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RI BREEDS NEW GENERATION OF FARMERS, FOOD ACTIVISTS

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Sarah L. Hamby – Connecticut Correspondent of  Lancaster Farming

SMITHFIELD, R.I. — “Farming is not about instant gratification,” said 25-year-old Jon Del Sesto, who does public relations and new media for Revive the Roots, a well-established non-profit whose mission is “to create ecologically regenerative and dynamic social spaces through the education and practice of permaculture.”

Del Sesto is part of a group of young activists dedicated to making a difference in the future of agriculture and in the environment through the production of organic, local food. Recently returned from the West Coast, Del Sesto acknowledges that it is this lack of instant gratification that keeps his peers from leading the way in farming.

But the Rhode Island native is not alone in his passion for farming. Revive the Roots hosts festivals, teaches youth about the joys of planting, works with area scouting groups and participates in local cleanup efforts.

On June 4, the group co-hosted a Young Farmer Night at Mowry Gardens in Smithfield with the Young Farmer Network. More than two dozen people attended.

The Mowry Gardens project began several years ago with Revive the Roots leasing land from the Smithfield Land Trust.

Mowry Gardens is a semi-rural, nonprofit farm on 27 acres. It features community gardens, an edible forest, walking trails along the Woonasquatucket River and, most recently, a 30-foot-by-72-foot high tunnel greenhouse, purchased with financial assistance from the Natu- ral Resources Conservation Service, or NRCS. An eight-bedroom farmhouse, the Mowry family home, is also on the property.

Just last year, Del Sesto, along with 23-year-old Greg Sankey Jr. and Brian Ramos, both of whom also do work for Revive the Roots, moved into the old Mowry residence. Recently, 25-year-old Bradford Allard joined Del Sesto and Sankey, as Ramos is currently interning with NASA in Houston.

The gentlemen will live in the home as curators until restoration is complete. The residence may one day serve as a public facility.

On site, the three residents and others close to the project have key focuses. Allard is in charge of horticulture and nursery management.

He’s “trying to build the nursery up” and he’s looking for new sources of revenue. Sauce tomatoes are a good source, as are peacevine tomatoes, which are popular because they contain gamma amino butyric acid, a body sedative. Allard is also working on cultivating a colder-climate fig and avocado to work into niche markets.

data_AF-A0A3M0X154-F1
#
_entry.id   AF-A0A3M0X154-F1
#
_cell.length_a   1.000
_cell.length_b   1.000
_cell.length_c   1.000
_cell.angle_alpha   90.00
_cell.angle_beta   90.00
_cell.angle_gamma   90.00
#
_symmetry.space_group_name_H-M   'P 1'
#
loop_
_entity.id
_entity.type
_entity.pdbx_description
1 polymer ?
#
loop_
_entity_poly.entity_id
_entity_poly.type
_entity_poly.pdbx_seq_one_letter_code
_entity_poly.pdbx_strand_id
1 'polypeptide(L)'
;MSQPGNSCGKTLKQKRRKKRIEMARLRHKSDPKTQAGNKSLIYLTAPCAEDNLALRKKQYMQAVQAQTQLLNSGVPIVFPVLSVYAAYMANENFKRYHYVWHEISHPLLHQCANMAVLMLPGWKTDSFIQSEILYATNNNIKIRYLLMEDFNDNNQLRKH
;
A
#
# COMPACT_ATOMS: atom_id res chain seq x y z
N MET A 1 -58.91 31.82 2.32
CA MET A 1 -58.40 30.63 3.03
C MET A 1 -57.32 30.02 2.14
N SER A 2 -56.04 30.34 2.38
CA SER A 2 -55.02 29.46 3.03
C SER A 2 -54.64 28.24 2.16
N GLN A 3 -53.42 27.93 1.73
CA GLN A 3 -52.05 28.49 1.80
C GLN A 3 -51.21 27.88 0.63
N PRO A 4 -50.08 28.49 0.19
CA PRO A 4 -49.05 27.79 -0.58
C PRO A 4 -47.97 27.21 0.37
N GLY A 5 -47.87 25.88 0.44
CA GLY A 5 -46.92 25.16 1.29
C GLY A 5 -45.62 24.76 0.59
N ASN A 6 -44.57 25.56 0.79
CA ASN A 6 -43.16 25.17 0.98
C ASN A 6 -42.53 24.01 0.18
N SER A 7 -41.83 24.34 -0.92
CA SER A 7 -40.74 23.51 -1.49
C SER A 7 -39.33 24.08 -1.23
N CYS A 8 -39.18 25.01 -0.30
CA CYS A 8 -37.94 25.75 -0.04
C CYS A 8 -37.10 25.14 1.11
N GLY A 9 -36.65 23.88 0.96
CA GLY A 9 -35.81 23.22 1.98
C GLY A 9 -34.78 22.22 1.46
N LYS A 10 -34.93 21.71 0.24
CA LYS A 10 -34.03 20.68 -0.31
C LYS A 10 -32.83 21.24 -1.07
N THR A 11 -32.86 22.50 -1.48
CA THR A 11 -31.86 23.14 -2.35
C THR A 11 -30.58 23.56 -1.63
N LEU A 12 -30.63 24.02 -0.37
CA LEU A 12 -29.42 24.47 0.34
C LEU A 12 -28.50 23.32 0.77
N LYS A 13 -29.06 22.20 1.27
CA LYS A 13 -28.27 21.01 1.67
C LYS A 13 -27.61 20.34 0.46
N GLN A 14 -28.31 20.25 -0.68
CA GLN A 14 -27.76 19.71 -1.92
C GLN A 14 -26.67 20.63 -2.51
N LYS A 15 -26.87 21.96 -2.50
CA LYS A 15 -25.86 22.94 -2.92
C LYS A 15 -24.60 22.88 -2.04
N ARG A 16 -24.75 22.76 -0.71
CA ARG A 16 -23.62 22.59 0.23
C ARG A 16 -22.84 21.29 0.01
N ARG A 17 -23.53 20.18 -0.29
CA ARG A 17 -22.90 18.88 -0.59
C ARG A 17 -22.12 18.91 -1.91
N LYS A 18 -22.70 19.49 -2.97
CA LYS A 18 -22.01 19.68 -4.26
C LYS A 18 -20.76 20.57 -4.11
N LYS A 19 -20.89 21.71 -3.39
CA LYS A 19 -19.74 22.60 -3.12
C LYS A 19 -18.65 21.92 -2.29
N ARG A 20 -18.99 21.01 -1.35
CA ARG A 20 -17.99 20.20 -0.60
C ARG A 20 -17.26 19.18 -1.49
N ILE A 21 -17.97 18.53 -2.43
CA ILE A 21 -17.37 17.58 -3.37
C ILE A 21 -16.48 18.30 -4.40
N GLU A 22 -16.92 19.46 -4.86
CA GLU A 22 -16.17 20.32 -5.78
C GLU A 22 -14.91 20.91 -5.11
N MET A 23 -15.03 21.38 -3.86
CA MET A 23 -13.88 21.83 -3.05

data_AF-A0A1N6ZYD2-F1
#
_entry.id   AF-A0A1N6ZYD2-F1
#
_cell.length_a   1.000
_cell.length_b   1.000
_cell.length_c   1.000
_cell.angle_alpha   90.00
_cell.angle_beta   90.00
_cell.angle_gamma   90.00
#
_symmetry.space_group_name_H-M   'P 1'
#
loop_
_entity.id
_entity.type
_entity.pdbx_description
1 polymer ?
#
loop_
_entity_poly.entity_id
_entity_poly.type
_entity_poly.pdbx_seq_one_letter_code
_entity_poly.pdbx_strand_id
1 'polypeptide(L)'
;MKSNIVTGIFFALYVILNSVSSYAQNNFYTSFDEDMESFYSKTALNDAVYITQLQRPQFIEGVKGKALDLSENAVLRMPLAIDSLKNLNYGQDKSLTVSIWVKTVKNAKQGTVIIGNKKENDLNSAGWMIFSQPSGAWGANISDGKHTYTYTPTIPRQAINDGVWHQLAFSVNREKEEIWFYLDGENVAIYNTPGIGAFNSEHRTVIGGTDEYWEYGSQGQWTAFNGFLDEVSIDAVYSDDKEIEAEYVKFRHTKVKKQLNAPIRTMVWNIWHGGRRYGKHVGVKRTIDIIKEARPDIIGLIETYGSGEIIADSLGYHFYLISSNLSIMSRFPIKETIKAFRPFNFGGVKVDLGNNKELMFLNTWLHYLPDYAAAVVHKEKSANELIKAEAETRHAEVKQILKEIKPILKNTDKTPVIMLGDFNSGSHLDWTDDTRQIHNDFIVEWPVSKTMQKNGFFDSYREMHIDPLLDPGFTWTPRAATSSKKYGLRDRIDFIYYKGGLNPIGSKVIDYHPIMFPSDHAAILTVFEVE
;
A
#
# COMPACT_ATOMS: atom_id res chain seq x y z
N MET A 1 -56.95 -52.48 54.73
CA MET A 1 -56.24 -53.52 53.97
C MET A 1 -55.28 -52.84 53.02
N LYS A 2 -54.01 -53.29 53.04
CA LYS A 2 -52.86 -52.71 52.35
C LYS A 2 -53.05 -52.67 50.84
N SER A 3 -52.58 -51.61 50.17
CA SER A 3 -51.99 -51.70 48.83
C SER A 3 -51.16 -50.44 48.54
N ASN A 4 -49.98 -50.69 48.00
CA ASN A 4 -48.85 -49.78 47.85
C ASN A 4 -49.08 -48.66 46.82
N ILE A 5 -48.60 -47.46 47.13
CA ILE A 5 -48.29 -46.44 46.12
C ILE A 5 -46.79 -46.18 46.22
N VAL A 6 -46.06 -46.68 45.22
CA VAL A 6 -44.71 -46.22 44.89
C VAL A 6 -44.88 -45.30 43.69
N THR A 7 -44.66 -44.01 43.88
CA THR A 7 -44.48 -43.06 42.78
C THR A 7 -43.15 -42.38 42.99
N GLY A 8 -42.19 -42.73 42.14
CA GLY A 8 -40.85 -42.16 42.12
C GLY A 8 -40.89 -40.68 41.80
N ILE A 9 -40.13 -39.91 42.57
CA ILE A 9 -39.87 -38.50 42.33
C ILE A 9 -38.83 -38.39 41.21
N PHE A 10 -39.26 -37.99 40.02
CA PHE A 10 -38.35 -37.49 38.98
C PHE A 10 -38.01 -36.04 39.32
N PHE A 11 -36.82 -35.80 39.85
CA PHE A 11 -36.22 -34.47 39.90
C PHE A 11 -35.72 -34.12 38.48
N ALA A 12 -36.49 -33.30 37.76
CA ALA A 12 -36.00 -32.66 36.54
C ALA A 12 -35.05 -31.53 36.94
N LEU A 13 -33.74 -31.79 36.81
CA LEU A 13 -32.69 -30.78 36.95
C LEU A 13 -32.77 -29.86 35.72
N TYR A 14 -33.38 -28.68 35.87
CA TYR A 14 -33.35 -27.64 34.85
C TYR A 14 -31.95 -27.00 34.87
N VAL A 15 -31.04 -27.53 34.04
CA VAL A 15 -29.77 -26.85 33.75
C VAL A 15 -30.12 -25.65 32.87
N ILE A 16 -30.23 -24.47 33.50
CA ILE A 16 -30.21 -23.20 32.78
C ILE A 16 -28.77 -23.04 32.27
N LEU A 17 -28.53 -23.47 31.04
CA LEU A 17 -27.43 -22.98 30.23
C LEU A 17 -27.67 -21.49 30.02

Chris English works on forest garden management and permaculture. Currently, the forest garden features apples, plums, cherries, grapes, currants, “every herb you could want,” pecans, kiwis, strawberries and even plumcots, a hybrid plum/apricot. The garden was planted about five years ago.

“To get it to this point, there has been a lot of weeding involved. But not every weed is a bad guy. May all your weeds be edible,” he said.

In 2010, as Revive the Roots was getting off the ground and edible forests were just beginning, another young farmer, Margiana Petersen- Rockney, who later graduated from Brown University, began planting the seeds that would grow into Young Farmer Nights and Pasture to Plate.

After her first year of farming alone, the second-generation farm- er recognized a need in the farming community as she “felt that many

beginning farmers worked in isolation, spending excess energy and resources reinventing the wheel and all too often burnt out and stopped farming.”

The biweekly Young Farmer Night events create a supportive and collaborative community of beginning farmers.

“One important and unique element of the Young Farmer Night events is the focus of not only education through a farm tour, but also a fun setting in which to grow new friendships. Each Young Farmer Night event features a farm tour, a potluck meal and a fun after-dinner activity such as a bonfire, music or games,” she said. “This environment attracts beginning farmers and fosters real relationships.”

Tess Brown-Lavoie and Sarah Turkus, coordinators of Young Farmer Nights, farm together with other friends on a once vacant lot in Providence, R.I., better known as Sidewalk Ends Farm. Additionally, they’ve recently started cultivating an additional two acres of vegetables in Seekonk, Mass., in order to keep up with growing demand.

Brown-Lavoie, a first-generation farmer, said, “YFN is an avenue for bringing people together.” She explained that oftentimes new farmers have difficulty galvanizing their community and learning

about available grants, and they also struggle with practical farming issues such as controlling pests. Young Farmer Nights, she said, can help new farmers get answers.

But several people at the June 4 event expressed concern about long-term issues, including finding affordable land, the farm transition process and the rapid aging of America’s farmers.

“There is fear and there is hope,” said Brad Allard.

“Not enough people are providing local, organic and diverse foods for their community,” Sankey said.

The face of farming in America is changing. And these young, college-educated men and women are looking to change people’s perspectives.

“Maybe it’s the chemicals on our food,” said Sankey, “or we’re just big hippies or we just like vegetables. Whatever brings us all to- gether.”

Revive the Roots is currently welcoming and in need of volunteers and donations of money, livestock, surveying equipment, greenhouse equipment, tools, tractors and edible perennial cuttings.

Learn more at www.revivetheroots.org and youngfarmernetwork.org.